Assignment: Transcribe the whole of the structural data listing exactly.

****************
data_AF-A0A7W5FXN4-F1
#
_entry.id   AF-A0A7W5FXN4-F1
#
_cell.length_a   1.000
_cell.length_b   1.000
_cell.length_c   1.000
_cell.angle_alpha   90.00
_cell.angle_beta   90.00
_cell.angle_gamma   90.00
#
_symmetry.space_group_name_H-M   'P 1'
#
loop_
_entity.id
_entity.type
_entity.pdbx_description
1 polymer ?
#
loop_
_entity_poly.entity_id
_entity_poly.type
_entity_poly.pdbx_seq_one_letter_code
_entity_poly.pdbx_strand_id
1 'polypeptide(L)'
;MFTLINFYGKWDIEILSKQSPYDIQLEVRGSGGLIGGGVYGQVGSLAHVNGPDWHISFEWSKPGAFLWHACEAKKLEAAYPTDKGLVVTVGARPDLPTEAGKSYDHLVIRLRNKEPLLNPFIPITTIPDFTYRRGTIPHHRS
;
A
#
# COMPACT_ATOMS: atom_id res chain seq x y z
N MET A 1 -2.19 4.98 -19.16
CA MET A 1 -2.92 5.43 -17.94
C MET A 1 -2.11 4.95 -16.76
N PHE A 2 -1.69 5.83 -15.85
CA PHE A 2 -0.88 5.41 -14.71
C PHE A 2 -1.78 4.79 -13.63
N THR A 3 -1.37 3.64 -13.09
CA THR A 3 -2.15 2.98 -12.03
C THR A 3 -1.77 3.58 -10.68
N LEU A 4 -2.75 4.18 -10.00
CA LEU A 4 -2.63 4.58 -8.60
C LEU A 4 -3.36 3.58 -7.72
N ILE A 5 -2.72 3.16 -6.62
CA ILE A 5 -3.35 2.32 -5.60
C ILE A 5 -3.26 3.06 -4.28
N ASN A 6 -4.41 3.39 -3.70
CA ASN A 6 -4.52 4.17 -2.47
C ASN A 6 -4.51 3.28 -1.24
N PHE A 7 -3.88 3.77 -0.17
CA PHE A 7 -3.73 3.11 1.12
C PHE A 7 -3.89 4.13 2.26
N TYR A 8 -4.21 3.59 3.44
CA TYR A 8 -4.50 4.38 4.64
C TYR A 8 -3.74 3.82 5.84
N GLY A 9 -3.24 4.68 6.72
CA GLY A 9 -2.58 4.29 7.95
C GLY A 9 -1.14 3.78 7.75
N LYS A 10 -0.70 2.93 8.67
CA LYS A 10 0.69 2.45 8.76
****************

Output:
data_AF-A0A7W5FXN4-F1
#
_entry.id   AF-A0A7W5FXN4-F1
#
_cell.length_a   1.000
_cell.length_b   1.000
_cell.length_c   1.000
_cell.angle_alpha   90.00
_cell.angle_beta   90.00
_cell.angle_gamma   90.00
#
_symmetry.space_group_name_H-M   'P 1'
#
loop_
_entity.id
_entity.type
_entity.pdbx_description
1 polymer ?
#
loop_
_entity_poly.entity_id
_entity_poly.type
_entity_poly.pdbx_seq_one_letter_code
_entity_poly.pdbx_strand_id
1 'polypeptide(L)'
;MFTLINFYGKWDIEILSKQSPYDIQLEVRGSGGLIGGGVYGQVGSLAHVNGPDWHISFEWSKPGAFLWHACEAKKLEAAYPTDKGLVVTVGARPDLPTEAGKSYDHLVIRLRNKEPLLNPFIPITTIPDFTYRRGTIPHHRS
;
A
#
# COMPACT_ATOMS: atom_id res chain seq x y z
N MET A 1 -2.19 4.98 -19.16
CA MET A 1 -2.92 5.43 -17.94
C MET A 1 -2.11 4.95 -16.76
N PHE A 2 -1.69 5.83 -15.85
CA PHE A 2 -0.88 5.41 -14.71
C PHE A 2 -1.78 4.79 -13.63
N THR A 3 -1.37 3.64 -13.09
CA THR A 3 -2.15 2.98 -12.03
C THR A 3 -1.77 3.58 -10.68
N LEU A 4 -2.75 4.18 -10.00
CA LEU A 4 -2.63 4.58 -8.60
C LEU A 4 -3.36 3.58 -7.72
N ILE A 5 -2.72 3.16 -6.62
CA ILE A 5 -3.35 2.32 -5.60
C ILE A 5 -3.26 3.06 -4.28
N ASN A 6 -4.41 3.39 -3.70
CA ASN A 6 -4.52 4.17 -2.47
C ASN A 6 -4.51 3.28 -1.24
N PHE A 7 -3.88 3.77 -0.17
CA PHE A 7 -3.73 3.11 1.12
C PHE A 7 -3.89 4.13 2.26
N TYR A 8 -4.21 3.59 3.44
CA TYR A 8 -4.50 4.38 4.64
C TYR A 8 -3.74 3.82 5.84
N GLY A 9 -3.24 4.68 6.72
CA GLY A 9 -2.58 4.29 7.95
C GLY A 9 -1.14 3.78 7.75
N LYS A 10 -0.70 2.93 8.67
CA LYS A 10 0.69 2.45 8.76